“Godfather of Harlem” takes an historic turn in Sunday’s episode — as Cassius Clay starts his journey to become Muhammad Ali.
Clay has beaten Sonny Liston for the heavyweight crown and is has been courted by Malcolm X (Nigel Thatch), on suspension from the Nation of Islam and looking for a way to get back into the good graces of leader Elijah Muhammad (Clifton Davis). He’s hoping that introducing Clay, a recent convert to Islam, to Muhammad will do the trick.
Actor Deric Augustine, 31, has portrayed Clay over the past two seasons of the series, starring Forest Whitaker as ’60s-era Harlem gangster Elwood “Bumpy” Johnson, Vincent D’Onofrio as Vincent “The Chin” Gigante and Giancarlo Esposito as Adam Clayton Powell Jr.
Augustine (“Saints & Sinners,” “Cloak & Dagger”) spoke to The Post about his on-screen alter-ego and about Sunday’s episode (9 p.m. on Epix).
Is there a lot of pressure to portray a world-famous icon?
I was very concerned with [Clay’s] mannerisms, his voice, his speech patterns; he had a lot of charisma, and to have that on my shoulders was really stressful. You can put your own spin on it, but you’re playing a real-life character and need it to be realistic — and not come off like you’re trying to put on a show. As soon as I got the role I started watching videos of him, interviews … I read numerous articles and I contacted my speech coach in New York and we worked on his speech, his dialect, how he delivered his words — and that’s how I conquered his voice.
I didn’t know that Malcolm X had renamed Clay as Cassius X before it was changed by Elijah Muhammad.
I knew [Clay] had a significant, brotherly relationship with Malcolm X, who wasn’t supposed to do that. We brush on that in Sunday’s episode, and I think it’s very insightful and informative for viewers. I love how this show touches so many other bases … not just about Bumpy, but about how he has these relationships with public figures. A black man in the ’60s and ’70s was not going to be well-known for graduating at the top of his class or as the world’s greatest neurosurgeon, so when Clay became the heavyweight champ he was more of a public figure and could really leverage his relationships to do what he wanted to do.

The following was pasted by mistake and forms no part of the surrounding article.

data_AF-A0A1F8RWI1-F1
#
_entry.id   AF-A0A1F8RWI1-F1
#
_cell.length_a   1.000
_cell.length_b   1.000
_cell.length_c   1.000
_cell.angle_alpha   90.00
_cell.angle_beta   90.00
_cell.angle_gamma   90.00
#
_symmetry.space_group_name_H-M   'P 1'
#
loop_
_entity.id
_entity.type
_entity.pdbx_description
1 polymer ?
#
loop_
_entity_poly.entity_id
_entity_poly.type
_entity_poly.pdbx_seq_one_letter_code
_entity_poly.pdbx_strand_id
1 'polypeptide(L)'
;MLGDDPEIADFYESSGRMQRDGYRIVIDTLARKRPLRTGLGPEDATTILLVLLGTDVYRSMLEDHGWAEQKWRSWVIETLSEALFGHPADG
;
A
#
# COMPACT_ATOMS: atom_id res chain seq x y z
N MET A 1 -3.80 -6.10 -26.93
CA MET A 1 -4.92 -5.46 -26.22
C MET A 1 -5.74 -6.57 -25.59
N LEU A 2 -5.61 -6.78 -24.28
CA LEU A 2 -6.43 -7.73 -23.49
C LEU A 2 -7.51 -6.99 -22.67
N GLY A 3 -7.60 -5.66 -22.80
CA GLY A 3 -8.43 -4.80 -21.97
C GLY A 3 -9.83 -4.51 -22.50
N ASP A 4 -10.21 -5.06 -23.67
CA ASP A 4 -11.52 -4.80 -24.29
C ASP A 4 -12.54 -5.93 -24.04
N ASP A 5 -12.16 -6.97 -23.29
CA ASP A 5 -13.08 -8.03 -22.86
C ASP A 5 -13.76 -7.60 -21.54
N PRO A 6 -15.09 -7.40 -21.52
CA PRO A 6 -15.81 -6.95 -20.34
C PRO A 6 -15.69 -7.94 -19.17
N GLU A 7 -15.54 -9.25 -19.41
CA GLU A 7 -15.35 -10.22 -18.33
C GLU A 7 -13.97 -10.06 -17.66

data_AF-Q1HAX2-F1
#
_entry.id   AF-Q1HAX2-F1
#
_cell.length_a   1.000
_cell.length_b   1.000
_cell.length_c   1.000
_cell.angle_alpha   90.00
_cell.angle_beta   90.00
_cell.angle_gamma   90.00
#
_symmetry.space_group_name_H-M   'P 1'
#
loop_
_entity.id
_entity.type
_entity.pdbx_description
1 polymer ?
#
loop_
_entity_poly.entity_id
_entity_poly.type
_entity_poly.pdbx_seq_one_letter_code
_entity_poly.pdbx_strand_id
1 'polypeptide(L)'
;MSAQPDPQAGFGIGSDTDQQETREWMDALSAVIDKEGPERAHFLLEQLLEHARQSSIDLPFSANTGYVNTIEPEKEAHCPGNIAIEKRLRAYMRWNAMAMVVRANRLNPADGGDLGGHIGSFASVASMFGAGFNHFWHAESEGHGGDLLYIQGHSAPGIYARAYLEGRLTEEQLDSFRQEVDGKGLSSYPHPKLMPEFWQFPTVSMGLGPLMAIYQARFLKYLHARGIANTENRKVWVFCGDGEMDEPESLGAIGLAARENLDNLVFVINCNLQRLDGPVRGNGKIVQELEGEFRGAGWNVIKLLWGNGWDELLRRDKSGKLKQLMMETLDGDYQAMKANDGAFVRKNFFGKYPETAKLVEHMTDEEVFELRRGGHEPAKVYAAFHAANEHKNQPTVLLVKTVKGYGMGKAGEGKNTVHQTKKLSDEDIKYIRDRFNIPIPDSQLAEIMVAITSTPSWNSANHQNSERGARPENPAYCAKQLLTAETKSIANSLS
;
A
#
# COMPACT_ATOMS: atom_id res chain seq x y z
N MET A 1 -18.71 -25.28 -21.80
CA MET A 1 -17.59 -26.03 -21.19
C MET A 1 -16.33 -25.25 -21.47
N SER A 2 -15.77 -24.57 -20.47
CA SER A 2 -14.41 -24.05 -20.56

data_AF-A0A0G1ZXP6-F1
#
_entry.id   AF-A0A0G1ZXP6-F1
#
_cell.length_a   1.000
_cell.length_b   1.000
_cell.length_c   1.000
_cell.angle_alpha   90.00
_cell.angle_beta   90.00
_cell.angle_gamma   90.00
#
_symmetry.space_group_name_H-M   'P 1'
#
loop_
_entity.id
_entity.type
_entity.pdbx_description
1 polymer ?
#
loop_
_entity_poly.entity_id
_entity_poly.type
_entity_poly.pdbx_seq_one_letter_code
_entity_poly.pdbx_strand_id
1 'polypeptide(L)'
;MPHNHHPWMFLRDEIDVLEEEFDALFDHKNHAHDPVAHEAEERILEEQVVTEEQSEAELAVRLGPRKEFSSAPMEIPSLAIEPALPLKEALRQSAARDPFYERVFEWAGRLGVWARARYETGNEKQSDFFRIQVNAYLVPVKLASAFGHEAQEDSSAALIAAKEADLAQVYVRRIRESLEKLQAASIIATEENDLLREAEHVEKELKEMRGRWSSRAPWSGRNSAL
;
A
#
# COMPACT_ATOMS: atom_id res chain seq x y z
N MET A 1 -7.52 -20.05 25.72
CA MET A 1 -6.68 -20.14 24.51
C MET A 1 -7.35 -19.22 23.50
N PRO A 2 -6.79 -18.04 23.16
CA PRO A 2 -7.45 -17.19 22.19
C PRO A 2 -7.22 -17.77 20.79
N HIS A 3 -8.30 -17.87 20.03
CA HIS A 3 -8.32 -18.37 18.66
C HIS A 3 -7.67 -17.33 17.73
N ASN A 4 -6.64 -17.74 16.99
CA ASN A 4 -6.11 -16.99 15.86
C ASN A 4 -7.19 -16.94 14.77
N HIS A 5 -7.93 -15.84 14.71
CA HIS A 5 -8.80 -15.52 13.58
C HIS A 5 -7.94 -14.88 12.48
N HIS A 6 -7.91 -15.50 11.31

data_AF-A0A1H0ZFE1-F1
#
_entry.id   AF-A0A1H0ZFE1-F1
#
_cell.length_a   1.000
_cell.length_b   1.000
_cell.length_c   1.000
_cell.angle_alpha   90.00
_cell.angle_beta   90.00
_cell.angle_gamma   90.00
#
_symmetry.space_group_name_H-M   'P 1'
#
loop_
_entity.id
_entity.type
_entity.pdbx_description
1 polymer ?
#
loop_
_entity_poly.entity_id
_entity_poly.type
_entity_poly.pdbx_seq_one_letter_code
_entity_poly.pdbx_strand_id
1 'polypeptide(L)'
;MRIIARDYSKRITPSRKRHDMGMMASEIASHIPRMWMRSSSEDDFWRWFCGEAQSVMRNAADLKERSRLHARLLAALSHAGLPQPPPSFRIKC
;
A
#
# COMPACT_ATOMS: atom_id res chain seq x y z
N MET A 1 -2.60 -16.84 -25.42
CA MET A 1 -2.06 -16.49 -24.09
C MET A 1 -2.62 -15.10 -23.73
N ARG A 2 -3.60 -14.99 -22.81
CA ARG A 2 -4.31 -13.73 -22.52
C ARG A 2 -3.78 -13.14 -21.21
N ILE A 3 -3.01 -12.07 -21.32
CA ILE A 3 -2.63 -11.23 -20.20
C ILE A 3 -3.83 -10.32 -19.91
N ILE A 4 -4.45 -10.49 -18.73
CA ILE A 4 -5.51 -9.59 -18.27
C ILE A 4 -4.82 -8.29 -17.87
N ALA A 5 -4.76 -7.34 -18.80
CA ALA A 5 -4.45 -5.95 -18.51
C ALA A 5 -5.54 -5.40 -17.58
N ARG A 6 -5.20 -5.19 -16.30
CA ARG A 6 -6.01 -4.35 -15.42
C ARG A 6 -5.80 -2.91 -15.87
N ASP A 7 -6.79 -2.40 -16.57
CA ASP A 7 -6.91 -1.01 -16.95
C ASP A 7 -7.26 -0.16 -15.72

Did you do anything special to prepare for playing Cassius Clay?
Once I learned that I booked the role, I trained for two months, gained 15 pounds — I was intaking 6,000 calories a day — and was tanning twice a week, since [Clay] was a shade darker than me and I wanted to look the part. My hair is naturally curly, so I picked it out, washed it, picked it out … and they blow-dried it in hair and makeup, which is pretty much all I needed. When you gain weight it makes you look older.
Is this your first time playing an historical figure?
It is to this degree. I did a movie years ago called “Surviving Compton” and I played DJ Yella from NWA. That’s why I was so nervous, as a young actor, when I found out I was working with Forest Whitaker and Vincent D’Onofrio … it forces you to bring your “A” game and make sure you arrive on the set prepared, and that’s what I did. Working with Vincent was like being in a master class. There’s a scene in Season 1 when Chin’s people kidnap [Clay] and tie him up in a chair. I wasn’t struggling with it, but it was the first scene I did [on the series]. Vincent said to me, “When I’m telling [Clay] that the FBI is going to get a tape and that he’ll never be a Muslim, picture me telling you that I’m going to take your acting career away.” That got me instantly into the scene.